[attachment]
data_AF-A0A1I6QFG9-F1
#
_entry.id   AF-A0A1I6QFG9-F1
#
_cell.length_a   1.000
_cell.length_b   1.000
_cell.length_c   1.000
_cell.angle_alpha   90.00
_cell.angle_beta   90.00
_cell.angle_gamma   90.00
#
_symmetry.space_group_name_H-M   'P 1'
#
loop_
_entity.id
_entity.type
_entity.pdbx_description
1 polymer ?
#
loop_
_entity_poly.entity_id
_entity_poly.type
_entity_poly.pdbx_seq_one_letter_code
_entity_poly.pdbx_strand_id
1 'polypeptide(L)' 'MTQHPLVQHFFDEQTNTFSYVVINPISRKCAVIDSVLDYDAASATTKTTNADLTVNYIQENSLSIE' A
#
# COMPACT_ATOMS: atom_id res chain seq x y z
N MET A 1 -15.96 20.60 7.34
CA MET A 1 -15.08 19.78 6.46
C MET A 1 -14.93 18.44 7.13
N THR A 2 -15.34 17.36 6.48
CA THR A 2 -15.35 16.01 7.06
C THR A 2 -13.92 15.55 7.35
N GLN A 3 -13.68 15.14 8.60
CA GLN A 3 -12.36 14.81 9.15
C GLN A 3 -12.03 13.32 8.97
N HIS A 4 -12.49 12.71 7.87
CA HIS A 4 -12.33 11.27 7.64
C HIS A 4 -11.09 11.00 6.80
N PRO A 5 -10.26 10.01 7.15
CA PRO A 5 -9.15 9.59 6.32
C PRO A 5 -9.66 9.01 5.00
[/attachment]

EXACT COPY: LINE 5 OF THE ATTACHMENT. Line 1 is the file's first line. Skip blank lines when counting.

_cell.length_a   1.000